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Phalen Test

 Phalen Test


Phalen Test (wrist flexion sign) is used to evaluate the median nerve compression in the case of Carpal tunnel syndrome. It was first described by George S. Phalen, an American orthopedist.

How do you perform the Phalen test?

  • The Phalen maneuver is done by having the patient drop his or her hands into palmar flexion and then maintain this position for about 1 to 2 minutes.
  • Pressing the dorsal of the hands together increases pressure in the carpal tunnel.
Phalen Test
Phalen Test
See Also: Carpal tunnel syndrome

What does a positive Phalen Test mean?

  • The Phalen Test is positive if the patient experiences numbness or tingling throughout the median nerve distribution of the hand within 45 seconds.
  • Pressing the dorsum of the hands together will often lead to paresthesia in the area supplied by the median nerve in normal patients as well, not just in those with carpal tunnel syndrome.
  • Patients with carpal tunnel syndrome will experience worsening of symptoms in the Phalen test.

What is a Reverse Phalen Test?

A reverse Phalen test (Prayer test) is also used to evaluate the median nerve compression in the case of Carpal tunnel syndrome.

  • The patient is asked to keep both hands with the wrists in complete extension for 60 seconds (wrist and finger extension).
  • This position increases the pressure in the carpal tunnel. Paresthesia in the region supplied by the median nerve is a sign of carpal tunnel syndrome.
  • The reverse Phalen test is less reliable than the Phalen test.

For Reverse Phalen Test, a study by de Krom and colleagues 2 found the test to have a sensitivity of 41 % and a specificity of 55 %.

In another study, Werner and colleagues 3 showed that Reverse Phalen Test results in a significantly higher intracarpal canal hydrostatic pressure as compared to a traditional Phalen or a modified Phalen maneuver and may add to the sensitivity of conventional screening methods.

Reverse Phalen Test
Reverse Phalen Test

Wrist flexion Test

Wrist flexion test is a similar maneuver to phalen test, it’s used to diagnosis the carpal tunnel syndrome as well.

The patient is positioned in sitting with the elbow fully extended, the forearm in supination, and the wrist flexed to 60 degrees. The clinician applies an even constant pressure over the median nerve at the carpal tunnel using the thumb.

A positive test for CTS is the reproduction of symptoms along the median nerve distribution within 30 seconds.

Tetro and colleagues found this test to have a sensitivity of 86 percent and a specificity of 95 percent.

Phalen’s Test Accuracy

The original Phalen test has demonstrated a high sensitivity and a moderate specificity making it moderately acceptable for use in clinical practice:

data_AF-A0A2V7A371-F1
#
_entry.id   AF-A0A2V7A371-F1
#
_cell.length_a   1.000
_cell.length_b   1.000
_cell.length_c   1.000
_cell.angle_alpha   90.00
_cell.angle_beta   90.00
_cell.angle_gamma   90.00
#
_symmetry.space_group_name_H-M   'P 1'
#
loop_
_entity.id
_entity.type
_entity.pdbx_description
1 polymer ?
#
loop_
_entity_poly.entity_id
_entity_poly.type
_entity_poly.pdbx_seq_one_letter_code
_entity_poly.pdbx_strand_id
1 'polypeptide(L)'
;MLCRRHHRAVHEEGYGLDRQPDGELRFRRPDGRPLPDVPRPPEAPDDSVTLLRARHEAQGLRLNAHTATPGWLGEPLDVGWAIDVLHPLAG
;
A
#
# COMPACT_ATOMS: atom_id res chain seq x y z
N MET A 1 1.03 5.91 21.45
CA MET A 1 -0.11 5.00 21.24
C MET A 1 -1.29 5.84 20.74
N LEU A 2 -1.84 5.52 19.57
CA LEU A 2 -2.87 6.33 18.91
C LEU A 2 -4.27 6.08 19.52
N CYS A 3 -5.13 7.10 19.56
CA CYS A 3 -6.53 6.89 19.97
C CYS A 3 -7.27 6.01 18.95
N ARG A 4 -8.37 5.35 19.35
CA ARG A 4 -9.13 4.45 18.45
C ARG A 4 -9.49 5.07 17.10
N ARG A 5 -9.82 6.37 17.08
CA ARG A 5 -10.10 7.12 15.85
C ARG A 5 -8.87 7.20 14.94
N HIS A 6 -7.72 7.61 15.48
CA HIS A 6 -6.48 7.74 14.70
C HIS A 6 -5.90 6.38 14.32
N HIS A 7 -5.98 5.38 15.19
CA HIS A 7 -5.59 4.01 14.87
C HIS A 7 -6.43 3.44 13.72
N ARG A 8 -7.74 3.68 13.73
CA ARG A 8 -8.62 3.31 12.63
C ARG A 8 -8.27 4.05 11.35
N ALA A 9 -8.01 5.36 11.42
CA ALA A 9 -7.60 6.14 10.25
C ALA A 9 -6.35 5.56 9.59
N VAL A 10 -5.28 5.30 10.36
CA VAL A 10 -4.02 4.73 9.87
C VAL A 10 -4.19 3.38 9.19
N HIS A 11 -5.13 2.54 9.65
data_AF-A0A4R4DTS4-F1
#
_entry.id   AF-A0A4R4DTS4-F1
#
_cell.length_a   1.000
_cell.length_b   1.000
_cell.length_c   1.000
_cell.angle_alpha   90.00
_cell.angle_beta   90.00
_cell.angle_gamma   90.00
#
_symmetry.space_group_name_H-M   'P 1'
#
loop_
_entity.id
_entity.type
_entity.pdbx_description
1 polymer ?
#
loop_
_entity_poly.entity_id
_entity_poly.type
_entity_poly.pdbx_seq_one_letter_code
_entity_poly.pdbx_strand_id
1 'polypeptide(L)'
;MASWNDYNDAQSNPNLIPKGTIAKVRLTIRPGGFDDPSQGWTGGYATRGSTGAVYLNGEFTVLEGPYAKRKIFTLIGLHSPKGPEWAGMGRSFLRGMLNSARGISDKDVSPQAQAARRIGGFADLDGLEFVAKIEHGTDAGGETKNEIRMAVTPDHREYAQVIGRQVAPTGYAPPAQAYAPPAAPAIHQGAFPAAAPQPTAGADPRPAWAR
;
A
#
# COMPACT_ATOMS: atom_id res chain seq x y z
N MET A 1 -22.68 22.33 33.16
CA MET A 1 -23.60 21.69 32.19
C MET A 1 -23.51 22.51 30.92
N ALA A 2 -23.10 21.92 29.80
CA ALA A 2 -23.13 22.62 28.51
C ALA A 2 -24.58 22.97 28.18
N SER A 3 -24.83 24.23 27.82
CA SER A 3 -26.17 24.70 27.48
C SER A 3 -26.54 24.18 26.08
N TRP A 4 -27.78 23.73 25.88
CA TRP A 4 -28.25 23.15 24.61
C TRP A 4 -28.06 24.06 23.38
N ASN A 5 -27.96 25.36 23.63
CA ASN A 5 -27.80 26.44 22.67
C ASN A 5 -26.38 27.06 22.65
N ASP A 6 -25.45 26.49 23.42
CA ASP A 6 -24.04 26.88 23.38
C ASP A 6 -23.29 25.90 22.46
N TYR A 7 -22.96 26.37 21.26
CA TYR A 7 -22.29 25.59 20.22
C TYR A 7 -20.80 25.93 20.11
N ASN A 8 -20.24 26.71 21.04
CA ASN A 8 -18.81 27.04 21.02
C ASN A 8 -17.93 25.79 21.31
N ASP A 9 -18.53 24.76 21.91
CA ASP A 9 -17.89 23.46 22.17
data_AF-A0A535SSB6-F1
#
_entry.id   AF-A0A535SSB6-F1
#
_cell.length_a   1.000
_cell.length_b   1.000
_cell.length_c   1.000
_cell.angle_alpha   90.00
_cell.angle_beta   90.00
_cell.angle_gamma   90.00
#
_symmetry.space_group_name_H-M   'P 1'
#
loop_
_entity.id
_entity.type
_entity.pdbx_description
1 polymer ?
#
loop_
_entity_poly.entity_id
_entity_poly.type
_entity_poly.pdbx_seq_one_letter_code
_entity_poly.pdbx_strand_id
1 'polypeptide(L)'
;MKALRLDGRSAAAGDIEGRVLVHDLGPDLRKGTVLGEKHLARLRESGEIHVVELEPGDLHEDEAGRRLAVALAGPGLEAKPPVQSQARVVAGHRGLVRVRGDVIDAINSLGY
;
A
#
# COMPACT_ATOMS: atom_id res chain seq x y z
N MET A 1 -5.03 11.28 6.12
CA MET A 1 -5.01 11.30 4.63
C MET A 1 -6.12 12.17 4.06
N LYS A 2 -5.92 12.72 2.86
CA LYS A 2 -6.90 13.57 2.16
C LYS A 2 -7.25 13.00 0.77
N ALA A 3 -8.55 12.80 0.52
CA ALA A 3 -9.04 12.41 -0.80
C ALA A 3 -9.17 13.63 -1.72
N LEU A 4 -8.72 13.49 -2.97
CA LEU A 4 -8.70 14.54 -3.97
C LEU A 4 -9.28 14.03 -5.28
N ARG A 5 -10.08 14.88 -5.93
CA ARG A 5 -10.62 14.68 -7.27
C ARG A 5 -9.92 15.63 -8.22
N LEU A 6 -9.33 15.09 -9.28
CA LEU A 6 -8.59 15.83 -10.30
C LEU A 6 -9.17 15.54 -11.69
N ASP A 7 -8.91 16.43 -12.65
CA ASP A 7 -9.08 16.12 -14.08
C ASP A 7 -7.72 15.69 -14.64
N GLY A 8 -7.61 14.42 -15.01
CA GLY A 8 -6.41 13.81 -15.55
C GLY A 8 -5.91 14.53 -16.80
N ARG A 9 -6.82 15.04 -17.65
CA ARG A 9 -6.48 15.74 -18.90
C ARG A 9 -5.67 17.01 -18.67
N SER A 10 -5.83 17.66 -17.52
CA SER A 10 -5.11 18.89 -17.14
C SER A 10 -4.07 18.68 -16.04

• Sensitivity: 75%
  • Specificity: 47 %

In one study to assess the usefulness of the Phalen test and the Hoffmann Tinel sign in the diagnosis of carpal tunnel syndrome, the sensitivity and specificity of the Phalen test was respectively 85% and 89%, and for the tinel test, 67 and 68%.

Diagnostic Utility of the Phalen Test in Identifying Carpal Tunnel Syndrome:

PopulationReference StandardSensSpec+LR-LR
82 patients with suspected cervical radiculopathy or carpal tunnel syndrome Needle electromyography and nerve conduction studies.77.401.3.58
142 patients referred for electrodiagnostic testing Electrodiagnostic testing.34.741.31.89
228 hands referred for electrodiagnostic consultation regarding suspected carpal tunnel syndrome Nerve conduction studies.51.762.13.46
162 hands from 81 patients seeking treatment for carpal tunnel syndromeElectrodiagnostic testing.85.794.0.19
232 patients with carpal tunnel syndrome manifestations and 182 controlCarpal tunnel syndrome diagnosed via clinical examination.47.170.63.12
110 patients referred to laboratory for electrophysiologic examination Nerve conduction tests.74.471.4.55

Notes

Some studies have varied this test to be performed by the patient with wrist in complete flexion and elbow extended, bilateral wrist flexion with the posterior aspect of the hand pressing against one another, or passive wrist flexion by the clinician.

A modified Phalen’s test is done when the examiner applies overpressure during passive wrist flexion and holds the position for 1 minute. Repeat this procedure for the opposite extremity.

The traditional version of this test, in which the patient maximally flexes the wrists by pushing the dorsal aspects of the hands together, is not recommended because the patient may shrug the shoulders, causing compression of the medial branch of the brachial plexus as it passes through the thoracic outlet.

Patients with numbness may not have an exacerbation of symptoms with Phalen’s test, leading to a false-negative result. This test is also frequently positive in those without CTS.

modified phalen test
Modified Phalen Test

Carpal tunnel syndrome

Carpal tunnel syndrome is a cause of chronic wrist pain and functional impairment of the hand. It results from an ischemic compression of the median nerve at the wrist as it passes through the carpal tunnel.

Compression of the nerve in the carpal tunnel is compounded by an increase in synovial fluid pressure and tendon tension, which decreases the available volume.